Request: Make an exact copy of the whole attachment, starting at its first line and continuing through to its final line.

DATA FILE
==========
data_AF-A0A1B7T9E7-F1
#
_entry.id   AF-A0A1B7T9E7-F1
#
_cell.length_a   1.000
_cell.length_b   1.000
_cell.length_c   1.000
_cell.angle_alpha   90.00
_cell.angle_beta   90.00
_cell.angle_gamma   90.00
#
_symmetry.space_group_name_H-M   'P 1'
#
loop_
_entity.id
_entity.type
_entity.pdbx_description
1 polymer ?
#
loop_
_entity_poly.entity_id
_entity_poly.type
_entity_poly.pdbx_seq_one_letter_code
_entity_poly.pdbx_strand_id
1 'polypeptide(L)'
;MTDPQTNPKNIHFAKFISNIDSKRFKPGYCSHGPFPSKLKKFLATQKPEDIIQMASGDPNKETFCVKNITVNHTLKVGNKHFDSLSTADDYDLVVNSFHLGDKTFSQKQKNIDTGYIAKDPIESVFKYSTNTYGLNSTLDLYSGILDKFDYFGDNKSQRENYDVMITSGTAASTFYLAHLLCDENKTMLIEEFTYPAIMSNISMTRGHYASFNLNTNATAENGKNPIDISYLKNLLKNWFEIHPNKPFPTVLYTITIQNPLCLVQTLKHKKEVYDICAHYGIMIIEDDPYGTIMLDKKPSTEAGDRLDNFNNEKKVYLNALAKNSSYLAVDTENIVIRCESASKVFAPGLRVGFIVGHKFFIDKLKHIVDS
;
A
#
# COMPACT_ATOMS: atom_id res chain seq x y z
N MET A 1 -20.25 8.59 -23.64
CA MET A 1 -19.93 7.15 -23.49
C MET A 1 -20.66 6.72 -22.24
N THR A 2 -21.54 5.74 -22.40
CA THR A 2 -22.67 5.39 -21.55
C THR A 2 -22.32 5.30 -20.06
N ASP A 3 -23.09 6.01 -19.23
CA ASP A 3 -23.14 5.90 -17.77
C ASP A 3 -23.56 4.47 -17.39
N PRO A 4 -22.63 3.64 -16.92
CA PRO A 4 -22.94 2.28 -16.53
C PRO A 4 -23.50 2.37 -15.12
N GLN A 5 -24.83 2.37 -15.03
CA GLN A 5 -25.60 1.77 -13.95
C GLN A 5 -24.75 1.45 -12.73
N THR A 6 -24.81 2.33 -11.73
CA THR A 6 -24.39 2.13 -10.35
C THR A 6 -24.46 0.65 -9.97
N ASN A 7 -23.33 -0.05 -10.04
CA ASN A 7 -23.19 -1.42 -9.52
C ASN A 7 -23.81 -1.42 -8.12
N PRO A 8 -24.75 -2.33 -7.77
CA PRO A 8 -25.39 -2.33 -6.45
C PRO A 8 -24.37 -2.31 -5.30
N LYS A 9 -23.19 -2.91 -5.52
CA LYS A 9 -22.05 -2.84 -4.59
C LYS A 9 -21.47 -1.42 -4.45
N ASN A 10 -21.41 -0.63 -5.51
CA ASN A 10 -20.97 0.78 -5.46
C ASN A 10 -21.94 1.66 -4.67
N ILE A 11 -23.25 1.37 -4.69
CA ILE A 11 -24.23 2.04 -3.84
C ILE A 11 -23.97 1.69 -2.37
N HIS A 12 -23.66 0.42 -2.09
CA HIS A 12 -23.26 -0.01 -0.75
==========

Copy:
data_AF-A0A1B7T9E7-F1
#
_entry.id   AF-A0A1B7T9E7-F1
#
_cell.length_a   1.000
_cell.length_b   1.000
_cell.length_c   1.000
_cell.angle_alpha   90.00
_cell.angle_beta   90.00
_cell.angle_gamma   90.00
#
_symmetry.space_group_name_H-M   'P 1'
#
loop_
_entity.id
_entity.type
_entity.pdbx_description
1 polymer ?
#
loop_
_entity_poly.entity_id
_entity_poly.type
_entity_poly.pdbx_seq_one_letter_code
_entity_poly.pdbx_strand_id
1 'polypeptide(L)'
;MTDPQTNPKNIHFAKFISNIDSKRFKPGYCSHGPFPSKLKKFLATQKPEDIIQMASGDPNKETFCVKNITVNHTLKVGNKHFDSLSTADDYDLVVNSFHLGDKTFSQKQKNIDTGYIAKDPIESVFKYSTNTYGLNSTLDLYSGILDKFDYFGDNKSQRENYDVMITSGTAASTFYLAHLLCDENKTMLIEEFTYPAIMSNISMTRGHYASFNLNTNATAENGKNPIDISYLKNLLKNWFEIHPNKPFPTVLYTITIQNPLCLVQTLKHKKEVYDICAHYGIMIIEDDPYGTIMLDKKPSTEAGDRLDNFNNEKKVYLNALAKNSSYLAVDTENIVIRCESASKVFAPGLRVGFIVGHKFFIDKLKHIVDS
;
A
#
# COMPACT_ATOMS: atom_id res chain seq x y z
N MET A 1 -20.25 8.59 -23.64
CA MET A 1 -19.93 7.15 -23.49
C MET A 1 -20.66 6.72 -22.24
N THR A 2 -21.54 5.74 -22.40
CA THR A 2 -22.67 5.39 -21.55
C THR A 2 -22.32 5.30 -20.06
N ASP A 3 -23.09 6.01 -19.23
CA ASP A 3 -23.14 5.90 -17.77
C ASP A 3 -23.56 4.47 -17.39
N PRO A 4 -22.63 3.64 -16.92
CA PRO A 4 -22.94 2.28 -16.53
C PRO A 4 -23.50 2.37 -15.12
N GLN A 5 -24.83 2.37 -15.03
CA GLN A 5 -25.60 1.77 -13.95
C GLN A 5 -24.75 1.45 -12.73
N THR A 6 -24.81 2.33 -11.73
CA THR A 6 -24.39 2.13 -10.35
C THR A 6 -24.46 0.65 -9.97
N ASN A 7 -23.33 -0.05 -10.04
CA ASN A 7 -23.19 -1.42 -9.52
C ASN A 7 -23.81 -1.42 -8.12
N PRO A 8 -24.75 -2.33 -7.77
CA PRO A 8 -25.39 -2.33 -6.45
C PRO A 8 -24.37 -2.31 -5.30
N LYS A 9 -23.19 -2.91 -5.52
CA LYS A 9 -22.05 -2.84 -4.59
C LYS A 9 -21.47 -1.42 -4.45
N ASN A 10 -21.41 -0.63 -5.51
CA ASN A 10 -20.97 0.78 -5.46
C ASN A 10 -21.94 1.66 -4.67
N ILE A 11 -23.25 1.37 -4.69
CA ILE A 11 -24.23 2.04 -3.84
C ILE A 11 -23.97 1.69 -2.37
N HIS A 12 -23.66 0.42 -2.09
CA HIS A 12 -23.26 -0.01 -0.75